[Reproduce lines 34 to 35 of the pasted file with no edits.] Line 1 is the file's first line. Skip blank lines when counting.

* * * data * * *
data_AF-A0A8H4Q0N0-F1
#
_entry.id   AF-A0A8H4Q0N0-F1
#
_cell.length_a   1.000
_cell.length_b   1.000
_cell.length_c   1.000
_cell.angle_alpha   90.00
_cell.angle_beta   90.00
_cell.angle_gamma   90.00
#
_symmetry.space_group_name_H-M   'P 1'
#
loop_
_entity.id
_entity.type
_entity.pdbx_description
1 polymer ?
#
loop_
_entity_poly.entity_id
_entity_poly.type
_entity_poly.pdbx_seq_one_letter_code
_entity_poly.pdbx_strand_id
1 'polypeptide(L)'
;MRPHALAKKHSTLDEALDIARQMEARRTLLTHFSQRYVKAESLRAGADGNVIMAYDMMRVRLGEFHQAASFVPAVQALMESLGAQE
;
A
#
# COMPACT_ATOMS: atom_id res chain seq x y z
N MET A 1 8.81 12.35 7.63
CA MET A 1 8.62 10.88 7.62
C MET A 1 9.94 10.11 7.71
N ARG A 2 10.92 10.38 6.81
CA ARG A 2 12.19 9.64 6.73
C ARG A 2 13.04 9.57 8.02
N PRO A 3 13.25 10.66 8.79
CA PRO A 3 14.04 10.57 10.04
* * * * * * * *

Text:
N ARG A 2 10.92 10.38 6.81
CA ARG A 2 12.19 9.64 6.73